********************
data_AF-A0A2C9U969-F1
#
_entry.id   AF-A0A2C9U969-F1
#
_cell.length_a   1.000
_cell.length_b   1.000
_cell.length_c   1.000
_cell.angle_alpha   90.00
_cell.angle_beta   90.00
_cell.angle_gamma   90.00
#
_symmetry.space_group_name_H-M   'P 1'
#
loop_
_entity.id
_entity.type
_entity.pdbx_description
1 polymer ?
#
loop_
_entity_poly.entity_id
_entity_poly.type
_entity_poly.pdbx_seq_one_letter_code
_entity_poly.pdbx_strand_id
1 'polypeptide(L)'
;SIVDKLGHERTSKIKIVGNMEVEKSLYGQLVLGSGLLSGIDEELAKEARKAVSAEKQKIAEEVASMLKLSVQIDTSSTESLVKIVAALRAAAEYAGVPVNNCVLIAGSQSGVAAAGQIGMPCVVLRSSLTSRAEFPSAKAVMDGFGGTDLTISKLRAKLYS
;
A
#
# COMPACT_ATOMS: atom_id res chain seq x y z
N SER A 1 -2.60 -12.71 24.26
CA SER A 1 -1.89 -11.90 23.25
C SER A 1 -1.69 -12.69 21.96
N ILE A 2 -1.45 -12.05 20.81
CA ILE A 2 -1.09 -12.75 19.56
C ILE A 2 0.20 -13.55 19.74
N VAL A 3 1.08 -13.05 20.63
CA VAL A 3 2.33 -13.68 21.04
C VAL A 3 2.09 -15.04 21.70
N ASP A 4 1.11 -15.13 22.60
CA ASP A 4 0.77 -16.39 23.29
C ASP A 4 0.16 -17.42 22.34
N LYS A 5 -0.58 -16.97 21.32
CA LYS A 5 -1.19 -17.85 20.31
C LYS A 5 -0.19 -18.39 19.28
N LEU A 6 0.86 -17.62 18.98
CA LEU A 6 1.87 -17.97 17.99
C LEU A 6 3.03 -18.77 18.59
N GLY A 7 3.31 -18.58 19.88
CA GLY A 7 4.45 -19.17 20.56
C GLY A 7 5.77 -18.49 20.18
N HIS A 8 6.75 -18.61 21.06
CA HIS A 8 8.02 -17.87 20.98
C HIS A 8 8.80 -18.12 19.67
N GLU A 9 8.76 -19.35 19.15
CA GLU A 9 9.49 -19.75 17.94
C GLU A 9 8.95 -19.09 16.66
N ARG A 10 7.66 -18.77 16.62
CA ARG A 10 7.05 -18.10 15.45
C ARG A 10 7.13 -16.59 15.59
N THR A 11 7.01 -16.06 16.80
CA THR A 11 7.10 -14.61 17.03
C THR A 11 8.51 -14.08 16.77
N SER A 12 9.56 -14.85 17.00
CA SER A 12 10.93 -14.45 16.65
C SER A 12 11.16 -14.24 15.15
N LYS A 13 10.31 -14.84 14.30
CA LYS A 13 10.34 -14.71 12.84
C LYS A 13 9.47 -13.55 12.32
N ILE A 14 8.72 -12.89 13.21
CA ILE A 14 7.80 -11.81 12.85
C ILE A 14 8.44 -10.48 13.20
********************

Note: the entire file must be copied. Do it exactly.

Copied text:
data_AF-A0A2C9U969-F1
#
_entry.id   AF-A0A2C9U969-F1
#
_cell.length_a   1.000
_cell.length_b   1.000
_cell.length_c   1.000
_cell.angle_alpha   90.00
_cell.angle_beta   90.00
_cell.angle_gamma   90.00
#
_symmetry.space_group_name_H-M   'P 1'
#
loop_
_entity.id
_entity.type
_entity.pdbx_description
1 polymer ?
#
loop_
_entity_poly.entity_id
_entity_poly.type
_entity_poly.pdbx_seq_one_letter_code
_entity_poly.pdbx_strand_id
1 'polypeptide(L)'
;SIVDKLGHERTSKIKIVGNMEVEKSLYGQLVLGSGLLSGIDEELAKEARKAVSAEKQKIAEEVASMLKLSVQIDTSSTESLVKIVAALRAAAEYAGVPVNNCVLIAGSQSGVAAAGQIGMPCVVLRSSLTSRAEFPSAKAVMDGFGGTDLTISKLRAKLYS
;
A
#
# COMPACT_ATOMS: atom_id res chain seq x y z
N SER A 1 -2.60 -12.71 24.26
CA SER A 1 -1.89 -11.90 23.25
C SER A 1 -1.69 -12.69 21.96
N ILE A 2 -1.45 -12.05 20.81
CA ILE A 2 -1.09 -12.75 19.56
C ILE A 2 0.20 -13.55 19.74
N VAL A 3 1.08 -13.05 20.63
CA VAL A 3 2.33 -13.68 21.04
C VAL A 3 2.09 -15.04 21.70
N ASP A 4 1.11 -15.13 22.60
CA ASP A 4 0.77 -16.39 23.29
C ASP A 4 0.16 -17.42 22.34
N LYS A 5 -0.58 -16.97 21.32
CA LYS A 5 -1.19 -17.85 20.31
C LYS A 5 -0.19 -18.39 19.28
N LEU A 6 0.86 -17.62 18.98
CA LEU A 6 1.87 -17.97 17.99
C LEU A 6 3.03 -18.77 18.59
N GLY A 7 3.31 -18.58 19.88
CA GLY A 7 4.45 -19.17 20.56
C GLY A 7 5.77 -18.49 20.18
N HIS A 8 6.75 -18.61 21.06
CA HIS A 8 8.02 -17.87 20.98
C HIS A 8 8.80 -18.12 19.67
N GLU A 9 8.76 -19.35 19.15
CA GLU A 9 9.49 -19.75 17.94
C GLU A 9 8.95 -19.09 16.66
N ARG A 10 7.66 -18.77 16.62
CA ARG A 10 7.05 -18.10 15.45
C ARG A 10 7.13 -16.59 15.59
N THR A 11 7.01 -16.06 16.80
CA THR A 11 7.10 -14.61 17.03
C THR A 11 8.51 -14.08 16.77
N SER A 12 9.56 -14.85 17.00
CA SER A 12 10.93 -14.45 16.65
C SER A 12 11.16 -14.24 15.15
N LYS A 13 10.31 -14.84 14.30
CA LYS A 13 10.34 -14.71 12.84
C LYS A 13 9.47 -13.55 12.32
N ILE A 14 8.72 -12.89 13.21
CA ILE A 14 7.80 -11.81 12.85
C ILE A 14 8.44 -10.48 13.20